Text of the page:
Tea and coffee are popular for their caffeine hit as a morning pick-me-up and for many other reasons. One cup of tea contains about 40mg of caffeine, whereas a cup of coffee can have a whopping 60-100mg per cup, or even higher!
Coffee’s caffeine content depends on the bean variety, how it’s roasted (lighter roasts have more caffeine than darker roasts), the method (brewed, espresso, instant, decaf), and the serving size. It’s worth noting that the instant variety contains about half the caffeine of a single shot from the local cafe barista, which means that a double shot is equal to about 4 cups of normal coffee! And yes, even decaf contains some remnant of caffeine.
Coffee is a natural diuretic, so it can make you feel thirsty or even dehydrated if you drink too much. Caffeine can cause insomnia, agitation, and the disturbing sensation of a racing heart. Coffee’s high caffeine content can make your heart race so fast that it feels like mild tachycardia; triggering a stress response in susceptible people. You may feel benefit from the increased clarity of mind that caffeine can bring to your work day, but you risk waking up on Sunday morning with caffeine withdrawal and a nasty ‘coffee headache’. That is not a healthy way to live.
Withdrawal symptoms generally begin 12-24 hours after sudden cessation of caffeine consumption and reach a peak after 20-48 hours. However, in some individuals, these symptoms can appear within only 3-6 hours and can last for 1 week.
The most commonly reported caffeine withdrawal symptoms include the following:
- Impaired concentration
- Work difficulty
- Increased muscle tension
- Tremor, nausea, and vomiting (occasionally).
Caffeine is absorbed in the gastrointestinal tract (GIT) and metabolised in the liver. The half-life of caffeine in healthy adults is from 3-7 hours, with the peak blood concentration being reached anywhere between 15 minutes and 2 hours after ingestion. What that means is that it can take up to 7 hours for the caffeine in your system to reduce by half, and many more hours before it is flushed out completely.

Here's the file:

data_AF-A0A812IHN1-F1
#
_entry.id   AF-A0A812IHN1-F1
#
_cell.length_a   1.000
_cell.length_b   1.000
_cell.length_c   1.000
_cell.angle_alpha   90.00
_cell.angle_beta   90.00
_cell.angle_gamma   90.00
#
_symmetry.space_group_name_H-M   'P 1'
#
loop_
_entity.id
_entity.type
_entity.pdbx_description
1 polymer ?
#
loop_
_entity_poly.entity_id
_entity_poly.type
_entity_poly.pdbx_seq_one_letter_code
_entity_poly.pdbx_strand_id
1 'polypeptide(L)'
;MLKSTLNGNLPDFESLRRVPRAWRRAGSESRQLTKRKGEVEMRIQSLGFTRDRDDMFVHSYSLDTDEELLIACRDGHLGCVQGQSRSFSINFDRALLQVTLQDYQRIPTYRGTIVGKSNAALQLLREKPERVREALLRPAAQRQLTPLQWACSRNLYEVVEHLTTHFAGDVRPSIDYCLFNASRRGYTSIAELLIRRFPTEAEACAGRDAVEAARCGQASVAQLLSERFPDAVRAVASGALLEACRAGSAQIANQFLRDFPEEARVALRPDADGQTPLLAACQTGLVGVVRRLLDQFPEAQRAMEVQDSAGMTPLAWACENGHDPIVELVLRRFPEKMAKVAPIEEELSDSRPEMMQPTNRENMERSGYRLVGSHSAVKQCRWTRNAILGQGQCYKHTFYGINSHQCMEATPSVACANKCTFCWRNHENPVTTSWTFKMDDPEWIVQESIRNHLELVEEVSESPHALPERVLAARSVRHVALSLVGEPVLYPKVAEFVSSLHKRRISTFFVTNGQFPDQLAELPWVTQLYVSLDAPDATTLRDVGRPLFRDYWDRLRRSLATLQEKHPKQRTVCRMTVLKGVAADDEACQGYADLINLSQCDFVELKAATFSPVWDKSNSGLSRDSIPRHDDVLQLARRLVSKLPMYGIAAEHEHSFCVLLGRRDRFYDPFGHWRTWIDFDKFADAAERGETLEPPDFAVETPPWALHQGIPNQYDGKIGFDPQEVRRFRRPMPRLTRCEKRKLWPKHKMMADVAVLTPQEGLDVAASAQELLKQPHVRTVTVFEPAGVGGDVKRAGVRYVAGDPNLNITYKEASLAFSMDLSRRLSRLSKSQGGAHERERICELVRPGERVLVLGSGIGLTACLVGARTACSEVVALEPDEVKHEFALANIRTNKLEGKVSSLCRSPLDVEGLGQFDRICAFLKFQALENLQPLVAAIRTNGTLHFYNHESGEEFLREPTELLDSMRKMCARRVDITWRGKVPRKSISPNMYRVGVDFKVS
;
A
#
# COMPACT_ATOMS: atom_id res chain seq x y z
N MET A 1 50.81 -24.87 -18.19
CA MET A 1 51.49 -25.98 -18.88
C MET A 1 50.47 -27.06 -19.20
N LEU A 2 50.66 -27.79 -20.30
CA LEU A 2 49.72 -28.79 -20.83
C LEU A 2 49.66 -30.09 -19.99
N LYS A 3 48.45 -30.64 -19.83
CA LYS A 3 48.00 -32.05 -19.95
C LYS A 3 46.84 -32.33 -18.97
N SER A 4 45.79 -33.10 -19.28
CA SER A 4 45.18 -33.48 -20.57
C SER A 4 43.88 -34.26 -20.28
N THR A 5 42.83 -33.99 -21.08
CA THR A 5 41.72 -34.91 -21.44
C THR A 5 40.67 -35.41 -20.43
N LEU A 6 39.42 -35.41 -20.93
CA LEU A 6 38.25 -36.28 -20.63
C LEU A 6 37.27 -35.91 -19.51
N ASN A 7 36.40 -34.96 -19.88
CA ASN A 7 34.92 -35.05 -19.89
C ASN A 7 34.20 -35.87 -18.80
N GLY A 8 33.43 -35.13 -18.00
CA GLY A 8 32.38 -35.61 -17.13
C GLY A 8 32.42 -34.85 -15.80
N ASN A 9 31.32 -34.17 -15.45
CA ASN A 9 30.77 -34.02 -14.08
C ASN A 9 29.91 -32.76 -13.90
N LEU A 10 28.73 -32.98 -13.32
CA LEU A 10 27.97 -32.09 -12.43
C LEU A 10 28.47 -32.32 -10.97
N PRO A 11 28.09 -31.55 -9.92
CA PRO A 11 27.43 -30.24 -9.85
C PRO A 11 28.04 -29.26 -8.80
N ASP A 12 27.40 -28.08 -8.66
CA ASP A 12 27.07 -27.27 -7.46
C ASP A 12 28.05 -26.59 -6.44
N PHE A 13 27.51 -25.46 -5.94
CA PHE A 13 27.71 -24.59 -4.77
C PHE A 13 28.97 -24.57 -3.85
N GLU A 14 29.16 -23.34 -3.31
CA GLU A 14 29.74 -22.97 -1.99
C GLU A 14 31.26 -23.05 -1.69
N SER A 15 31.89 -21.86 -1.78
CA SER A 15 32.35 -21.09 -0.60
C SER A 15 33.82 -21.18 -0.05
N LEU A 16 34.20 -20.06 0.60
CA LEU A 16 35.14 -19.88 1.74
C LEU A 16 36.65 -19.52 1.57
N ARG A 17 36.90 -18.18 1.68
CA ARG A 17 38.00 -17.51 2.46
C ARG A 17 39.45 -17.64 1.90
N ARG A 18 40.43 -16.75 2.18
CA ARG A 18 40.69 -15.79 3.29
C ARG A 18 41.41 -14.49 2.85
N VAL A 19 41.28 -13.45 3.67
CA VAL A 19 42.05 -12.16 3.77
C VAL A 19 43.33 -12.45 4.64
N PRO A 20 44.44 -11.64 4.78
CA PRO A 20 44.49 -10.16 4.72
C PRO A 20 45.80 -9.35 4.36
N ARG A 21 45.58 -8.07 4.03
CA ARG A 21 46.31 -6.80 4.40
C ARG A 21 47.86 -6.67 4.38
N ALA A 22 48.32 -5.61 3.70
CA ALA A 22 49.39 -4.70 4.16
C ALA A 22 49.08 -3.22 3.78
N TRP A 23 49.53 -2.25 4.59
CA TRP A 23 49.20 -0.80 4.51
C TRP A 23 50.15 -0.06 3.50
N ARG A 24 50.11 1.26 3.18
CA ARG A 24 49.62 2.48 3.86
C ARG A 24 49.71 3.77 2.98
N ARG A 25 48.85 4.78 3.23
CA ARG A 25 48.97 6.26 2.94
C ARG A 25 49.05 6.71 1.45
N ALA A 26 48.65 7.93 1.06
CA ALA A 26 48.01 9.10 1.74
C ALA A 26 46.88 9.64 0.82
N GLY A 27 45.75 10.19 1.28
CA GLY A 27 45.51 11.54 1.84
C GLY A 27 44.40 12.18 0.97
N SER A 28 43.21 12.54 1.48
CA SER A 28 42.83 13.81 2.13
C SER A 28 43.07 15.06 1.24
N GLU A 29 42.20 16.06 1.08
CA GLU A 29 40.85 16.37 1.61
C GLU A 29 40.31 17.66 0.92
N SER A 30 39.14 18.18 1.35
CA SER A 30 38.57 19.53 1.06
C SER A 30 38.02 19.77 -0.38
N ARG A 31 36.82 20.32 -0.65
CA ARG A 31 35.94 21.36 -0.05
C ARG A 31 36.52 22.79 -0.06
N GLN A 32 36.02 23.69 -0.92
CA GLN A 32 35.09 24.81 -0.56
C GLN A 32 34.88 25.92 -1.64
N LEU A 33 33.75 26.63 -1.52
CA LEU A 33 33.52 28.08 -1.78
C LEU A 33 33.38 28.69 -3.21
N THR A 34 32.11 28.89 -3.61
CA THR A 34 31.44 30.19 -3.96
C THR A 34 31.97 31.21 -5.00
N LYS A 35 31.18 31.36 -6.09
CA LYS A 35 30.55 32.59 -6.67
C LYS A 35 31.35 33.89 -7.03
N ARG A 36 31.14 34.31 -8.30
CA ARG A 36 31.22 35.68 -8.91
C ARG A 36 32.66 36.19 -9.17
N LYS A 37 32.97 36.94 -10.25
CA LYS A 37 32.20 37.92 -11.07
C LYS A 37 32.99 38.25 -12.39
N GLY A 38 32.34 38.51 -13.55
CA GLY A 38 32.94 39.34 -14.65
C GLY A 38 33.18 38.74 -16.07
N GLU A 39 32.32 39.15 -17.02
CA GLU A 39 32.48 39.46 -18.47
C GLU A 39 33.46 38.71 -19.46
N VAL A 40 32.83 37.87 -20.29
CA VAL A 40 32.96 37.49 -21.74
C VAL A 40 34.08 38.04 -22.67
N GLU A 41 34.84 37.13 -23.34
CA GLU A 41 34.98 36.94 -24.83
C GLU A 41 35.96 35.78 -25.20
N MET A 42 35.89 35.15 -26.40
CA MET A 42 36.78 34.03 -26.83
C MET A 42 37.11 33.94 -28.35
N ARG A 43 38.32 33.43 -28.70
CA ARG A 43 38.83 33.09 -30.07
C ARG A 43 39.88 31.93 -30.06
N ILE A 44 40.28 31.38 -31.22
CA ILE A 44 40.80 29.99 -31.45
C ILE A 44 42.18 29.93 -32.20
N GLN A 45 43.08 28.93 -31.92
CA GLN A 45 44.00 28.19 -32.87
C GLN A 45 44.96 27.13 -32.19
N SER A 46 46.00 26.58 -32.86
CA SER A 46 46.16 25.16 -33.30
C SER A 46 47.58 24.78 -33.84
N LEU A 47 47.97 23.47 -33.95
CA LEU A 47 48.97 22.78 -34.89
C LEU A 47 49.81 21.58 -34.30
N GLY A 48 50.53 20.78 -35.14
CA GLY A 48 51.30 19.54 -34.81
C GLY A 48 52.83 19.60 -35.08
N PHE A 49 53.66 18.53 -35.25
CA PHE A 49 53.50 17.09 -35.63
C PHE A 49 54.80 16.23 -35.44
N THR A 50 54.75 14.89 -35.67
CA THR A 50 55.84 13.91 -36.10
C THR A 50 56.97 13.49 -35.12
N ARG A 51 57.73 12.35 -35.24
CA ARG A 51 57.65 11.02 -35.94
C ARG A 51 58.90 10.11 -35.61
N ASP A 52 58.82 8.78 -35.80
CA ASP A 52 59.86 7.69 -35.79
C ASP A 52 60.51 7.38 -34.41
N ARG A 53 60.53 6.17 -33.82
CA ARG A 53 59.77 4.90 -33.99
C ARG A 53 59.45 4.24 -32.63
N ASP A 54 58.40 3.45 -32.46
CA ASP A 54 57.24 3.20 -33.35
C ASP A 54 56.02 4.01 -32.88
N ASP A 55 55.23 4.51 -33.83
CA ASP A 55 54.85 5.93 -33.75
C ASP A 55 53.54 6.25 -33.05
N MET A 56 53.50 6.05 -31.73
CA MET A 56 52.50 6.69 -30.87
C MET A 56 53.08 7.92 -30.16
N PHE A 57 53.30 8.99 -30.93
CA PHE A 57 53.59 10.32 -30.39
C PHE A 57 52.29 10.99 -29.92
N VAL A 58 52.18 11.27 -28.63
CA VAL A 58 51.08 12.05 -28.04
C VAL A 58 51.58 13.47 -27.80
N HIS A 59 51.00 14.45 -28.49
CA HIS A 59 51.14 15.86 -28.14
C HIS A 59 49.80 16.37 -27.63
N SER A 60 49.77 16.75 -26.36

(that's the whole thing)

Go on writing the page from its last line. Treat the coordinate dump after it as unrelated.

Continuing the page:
If you have an early start in the morning, you can’t afford to be up all night. But with so much caffeine in every cup, drinking coffee late in the day can make it difficult to sleep at night. If you drink coffee, only do so in the morning and give your body a chance to get rid of it before it’s time for bed.
While caffeine is a stimulant in both coffee and tea, the L-theanine in tea effectively counterbalances caffeine’s negative effects, making tea a much more relaxing beverage than coffee – with a calming effect on your nervous system and your heart.
A fresh cup of hot tea can make you feel almost instantly refreshed, improve your mental alertness, reduce feelings of fatigue, and help return a sense of equilibrium to the senses. Many believe that tea might even reduce the risk of cardiovascular disease and cancers of the digestive tract. For added health benefits, spiced chai tea is the clever choice, in my opinion.
- da Silva Pinto, M. (2013). Tea: A new perspective on health benefits, 1–10.
- Kim, Y., Keogh, J. B., & Clifton, P. M. (2016). Polyphenols and Glycemic Control, 2471(December 2015).
- Windle, Mary L. (2019). Fast Five Quiz: Caffeine Facts vs Fiction, Medscape.com